Frontiers glial fibrillary acidic protein is not an early marker of injury in perinatal asphyxia and hypoxic–ischemic encephalopathy neurology anoxia vs hypoxia

Ann-marie looney*,

Caroline ahearne,

Geraldine B. Boylan and deirdre M. Murray

• neonatal brain research group, department of paediatrics and child health, irish centre for fetal and neonatal translational research, cork university maternity hospital, cork, ireland

Brain-specific glial fibrillary acidic protein (GFAP) has been suggested as a potential biomarker for hypoxic ischemic encephalopathy (HIE) in newborns ( 1, 2). Previous studies have shown increased levels in post-natal blood samples. However, its ability to guide therapeutic intervention in HIE is unknown. Therapeutic hypothermia for HIE must be initiated within 6 h of birth, therefore a clinically useful marker of injury would have to be available immediately following delivery.Anoxia vs hypoxia the goal of our study was to examine the ability of GFAP to predict grade of encephalopathy and neurological outcome when measured in umbilical cord blood (UCB). Infants with suspected perinatal asphyxia (PA) and HIE were enrolled in a single, tertiary maternity hospital, where UCB was drawn, processed, and bio-banked at birth. Expression levels of GFAP were measured by ELISA. In total, 169 infants (83 controls, 56 PA, 30 HIE) were included in the study. GFAP levels were not increased in UCB of case infants (PA/HIE) when compared to healthy controls or when divided into specific grades of HIE. Additionally, no correlation was found between UCB levels of GFAP and outcome at 36 months.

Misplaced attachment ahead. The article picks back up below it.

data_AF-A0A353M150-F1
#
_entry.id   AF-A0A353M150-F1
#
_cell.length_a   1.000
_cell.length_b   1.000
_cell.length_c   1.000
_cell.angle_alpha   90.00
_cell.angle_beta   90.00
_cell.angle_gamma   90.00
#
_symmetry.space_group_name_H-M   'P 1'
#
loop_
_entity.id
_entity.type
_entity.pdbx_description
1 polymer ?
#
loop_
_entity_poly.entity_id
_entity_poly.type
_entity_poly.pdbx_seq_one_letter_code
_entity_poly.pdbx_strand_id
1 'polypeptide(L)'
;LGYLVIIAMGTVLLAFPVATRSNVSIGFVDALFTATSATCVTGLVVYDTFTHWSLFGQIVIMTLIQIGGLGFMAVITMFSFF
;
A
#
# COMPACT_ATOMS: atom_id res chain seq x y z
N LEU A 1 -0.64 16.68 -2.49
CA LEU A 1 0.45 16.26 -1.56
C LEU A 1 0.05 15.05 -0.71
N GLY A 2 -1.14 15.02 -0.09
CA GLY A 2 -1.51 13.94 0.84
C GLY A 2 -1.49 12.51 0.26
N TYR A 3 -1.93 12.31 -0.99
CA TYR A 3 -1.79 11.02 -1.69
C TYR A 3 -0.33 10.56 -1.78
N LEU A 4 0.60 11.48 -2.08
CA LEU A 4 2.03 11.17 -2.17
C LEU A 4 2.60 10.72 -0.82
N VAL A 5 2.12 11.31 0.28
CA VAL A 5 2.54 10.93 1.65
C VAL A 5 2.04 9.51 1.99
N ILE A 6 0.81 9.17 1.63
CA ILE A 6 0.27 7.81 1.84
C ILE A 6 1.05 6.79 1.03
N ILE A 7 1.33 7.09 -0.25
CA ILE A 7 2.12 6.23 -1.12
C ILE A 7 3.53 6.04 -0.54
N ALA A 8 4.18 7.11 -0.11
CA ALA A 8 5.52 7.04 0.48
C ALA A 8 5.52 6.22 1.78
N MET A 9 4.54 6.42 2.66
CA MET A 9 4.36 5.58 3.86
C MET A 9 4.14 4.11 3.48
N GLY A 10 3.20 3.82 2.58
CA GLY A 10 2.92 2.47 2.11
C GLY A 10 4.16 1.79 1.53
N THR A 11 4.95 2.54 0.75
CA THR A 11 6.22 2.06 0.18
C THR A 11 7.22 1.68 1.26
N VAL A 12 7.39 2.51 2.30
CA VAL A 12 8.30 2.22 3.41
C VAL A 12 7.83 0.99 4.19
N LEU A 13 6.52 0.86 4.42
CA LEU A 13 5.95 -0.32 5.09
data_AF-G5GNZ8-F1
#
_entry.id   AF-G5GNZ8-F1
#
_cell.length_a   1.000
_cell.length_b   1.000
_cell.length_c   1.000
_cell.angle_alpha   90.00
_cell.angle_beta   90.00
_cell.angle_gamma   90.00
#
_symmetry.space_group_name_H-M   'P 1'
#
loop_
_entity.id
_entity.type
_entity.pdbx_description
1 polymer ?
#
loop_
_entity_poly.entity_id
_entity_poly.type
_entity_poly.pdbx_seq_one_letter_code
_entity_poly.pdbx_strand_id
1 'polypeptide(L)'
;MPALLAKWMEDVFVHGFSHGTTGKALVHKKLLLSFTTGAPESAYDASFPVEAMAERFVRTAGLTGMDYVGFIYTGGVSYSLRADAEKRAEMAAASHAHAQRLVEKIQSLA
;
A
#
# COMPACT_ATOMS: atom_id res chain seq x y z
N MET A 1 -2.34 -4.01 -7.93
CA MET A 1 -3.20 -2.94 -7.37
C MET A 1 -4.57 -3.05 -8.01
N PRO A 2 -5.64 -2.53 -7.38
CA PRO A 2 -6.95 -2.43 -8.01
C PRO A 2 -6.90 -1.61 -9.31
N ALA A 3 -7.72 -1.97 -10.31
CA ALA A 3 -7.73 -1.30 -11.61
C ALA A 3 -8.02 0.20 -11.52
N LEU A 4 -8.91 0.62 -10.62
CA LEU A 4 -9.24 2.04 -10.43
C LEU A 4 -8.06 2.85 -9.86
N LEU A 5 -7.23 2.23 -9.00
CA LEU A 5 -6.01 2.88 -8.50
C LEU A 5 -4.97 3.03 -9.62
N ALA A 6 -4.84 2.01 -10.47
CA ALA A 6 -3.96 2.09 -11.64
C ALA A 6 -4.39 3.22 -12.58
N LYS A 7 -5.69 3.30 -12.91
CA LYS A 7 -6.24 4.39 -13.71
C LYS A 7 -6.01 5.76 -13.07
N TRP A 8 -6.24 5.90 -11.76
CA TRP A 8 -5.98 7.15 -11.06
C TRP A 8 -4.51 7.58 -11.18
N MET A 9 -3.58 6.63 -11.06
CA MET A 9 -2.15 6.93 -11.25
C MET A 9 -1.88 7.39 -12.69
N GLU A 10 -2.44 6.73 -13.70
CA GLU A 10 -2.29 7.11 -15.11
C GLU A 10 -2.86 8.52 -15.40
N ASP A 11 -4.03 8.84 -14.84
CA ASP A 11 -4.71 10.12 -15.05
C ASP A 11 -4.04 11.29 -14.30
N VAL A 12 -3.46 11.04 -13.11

Introduction

anoxia vs hypoxia

Perinatal asphyxia (PA) occurs when there is a disruption of oxygen delivery or blood supply to the fetus around time of birth. PA, when severe, leads to hypoxic–ischemic encephalopathy (HIE) in the neonatal period. HIE remains one of the leading clinical challenges faced in the neonatal period and the greatest cause of acquired brain injury in term infants. To optimize outcomes in neonatal HIE, early and accurate prediction of the degree of encephalopathy is vital. Neuroprotective therapies must be commenced prior to the development of secondary brain injury, giving a narrow therapeutic window of 36 weeks gestational age were identified under strict enrollment criteria: cord ph 2 SD below the standardized mean, was advised in more than one area.Anoxia vs hypoxia statistical analysis

Statistical analysis was performed using IBM SPSS statistics 22 (SPSS inc., USA). Results were calculated using student t-tests, mann–whitney, and kruskal–wallis tests, as appropriate. Results study population

In total, 169 infants were included in this study; 83 controls and 86 HIE cases. Of the 86 cases, 56 were classified as perinatal asphyxia without HIE, 21 with mild HIE, 5 with moderate HIE, and 4 with severe HIE, according to both the modified sarnat assessment and EEG classification. Population demographics for the entire cohort are shown in table 1.

Discussion

Increased levels of GFAP have been shown to be useful biomarkers of adult brain pathology ( 6, 10– 15). In spite of this, investigations into its use in the neonatal field have been somewhat limited, with only a small number of publications suggesting GFAP as a biomarker in HIE with the ability to distinguish between grades of HIE ( 1, 2, 16– 18).Anoxia vs hypoxia while these studies provided promising results, they also cited major limitations with regard to sample size and sample availability throughout. Post-natal blood samples were predominately used, with few studies determining levels in UCB, which is arguably the earliest possible source for a biomarker of HIE. However, as HIE is known to encompass a two stage evolving mechanism of injury, the time at which GFAP levels most represent degree of injury must be established.